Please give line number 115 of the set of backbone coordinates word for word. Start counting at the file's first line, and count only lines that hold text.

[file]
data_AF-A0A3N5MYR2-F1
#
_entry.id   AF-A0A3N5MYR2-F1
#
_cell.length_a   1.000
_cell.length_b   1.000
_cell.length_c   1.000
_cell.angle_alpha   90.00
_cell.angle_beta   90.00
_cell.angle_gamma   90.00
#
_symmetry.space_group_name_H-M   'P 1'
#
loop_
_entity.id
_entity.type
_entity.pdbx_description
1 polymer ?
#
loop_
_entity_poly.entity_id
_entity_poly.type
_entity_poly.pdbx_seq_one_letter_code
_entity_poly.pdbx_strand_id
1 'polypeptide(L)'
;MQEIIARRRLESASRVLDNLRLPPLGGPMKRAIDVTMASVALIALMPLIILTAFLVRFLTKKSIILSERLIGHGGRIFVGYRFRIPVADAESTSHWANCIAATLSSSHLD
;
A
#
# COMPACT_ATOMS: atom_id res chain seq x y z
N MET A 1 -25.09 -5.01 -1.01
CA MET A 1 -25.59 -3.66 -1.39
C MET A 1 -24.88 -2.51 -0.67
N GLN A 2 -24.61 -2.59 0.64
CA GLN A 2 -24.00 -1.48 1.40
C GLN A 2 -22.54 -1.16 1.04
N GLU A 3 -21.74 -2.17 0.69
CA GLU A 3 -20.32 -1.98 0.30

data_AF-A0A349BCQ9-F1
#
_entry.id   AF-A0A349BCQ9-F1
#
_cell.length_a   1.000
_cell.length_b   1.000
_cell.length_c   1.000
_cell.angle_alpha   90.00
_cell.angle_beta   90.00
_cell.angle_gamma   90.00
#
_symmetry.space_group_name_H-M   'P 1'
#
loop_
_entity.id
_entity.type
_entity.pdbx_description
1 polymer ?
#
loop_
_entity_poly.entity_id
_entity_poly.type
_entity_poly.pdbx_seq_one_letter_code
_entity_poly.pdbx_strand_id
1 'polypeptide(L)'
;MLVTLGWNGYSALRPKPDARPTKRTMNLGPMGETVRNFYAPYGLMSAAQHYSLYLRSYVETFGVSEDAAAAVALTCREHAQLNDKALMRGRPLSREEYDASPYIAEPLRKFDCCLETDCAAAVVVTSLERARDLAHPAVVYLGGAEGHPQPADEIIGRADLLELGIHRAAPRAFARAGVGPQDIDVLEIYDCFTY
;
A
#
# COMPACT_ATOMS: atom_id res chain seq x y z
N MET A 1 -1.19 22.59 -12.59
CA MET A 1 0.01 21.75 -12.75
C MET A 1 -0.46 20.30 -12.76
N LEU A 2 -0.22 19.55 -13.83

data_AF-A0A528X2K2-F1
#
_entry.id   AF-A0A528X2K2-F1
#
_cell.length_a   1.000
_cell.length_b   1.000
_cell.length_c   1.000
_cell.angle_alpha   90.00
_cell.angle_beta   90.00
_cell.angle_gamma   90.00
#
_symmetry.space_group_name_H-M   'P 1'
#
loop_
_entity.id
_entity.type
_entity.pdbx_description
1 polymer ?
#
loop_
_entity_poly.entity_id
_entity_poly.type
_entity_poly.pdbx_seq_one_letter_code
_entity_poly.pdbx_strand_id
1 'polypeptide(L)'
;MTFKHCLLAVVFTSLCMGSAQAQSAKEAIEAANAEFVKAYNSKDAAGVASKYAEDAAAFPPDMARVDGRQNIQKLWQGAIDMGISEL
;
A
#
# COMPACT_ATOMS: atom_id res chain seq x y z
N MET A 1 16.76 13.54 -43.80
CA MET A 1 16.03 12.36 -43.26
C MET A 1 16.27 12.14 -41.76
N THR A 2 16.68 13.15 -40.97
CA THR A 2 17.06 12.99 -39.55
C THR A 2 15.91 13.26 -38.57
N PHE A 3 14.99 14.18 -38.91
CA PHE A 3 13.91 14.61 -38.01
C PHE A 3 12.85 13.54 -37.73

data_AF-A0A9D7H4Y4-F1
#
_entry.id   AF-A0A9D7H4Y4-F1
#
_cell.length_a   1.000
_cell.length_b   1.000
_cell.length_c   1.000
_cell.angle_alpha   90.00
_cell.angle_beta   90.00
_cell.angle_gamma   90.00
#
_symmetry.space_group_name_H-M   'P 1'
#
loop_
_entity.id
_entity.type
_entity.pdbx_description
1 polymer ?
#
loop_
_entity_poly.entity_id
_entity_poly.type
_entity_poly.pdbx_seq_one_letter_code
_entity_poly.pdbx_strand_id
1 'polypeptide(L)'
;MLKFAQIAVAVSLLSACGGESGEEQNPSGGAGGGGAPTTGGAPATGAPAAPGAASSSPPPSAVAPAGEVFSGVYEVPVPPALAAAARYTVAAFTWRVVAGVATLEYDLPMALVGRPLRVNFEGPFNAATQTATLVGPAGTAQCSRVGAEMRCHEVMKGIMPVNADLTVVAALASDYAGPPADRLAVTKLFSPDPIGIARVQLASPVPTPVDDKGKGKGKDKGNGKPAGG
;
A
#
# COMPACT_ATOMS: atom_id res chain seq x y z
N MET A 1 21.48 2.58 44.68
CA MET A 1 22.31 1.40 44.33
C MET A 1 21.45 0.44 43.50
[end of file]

#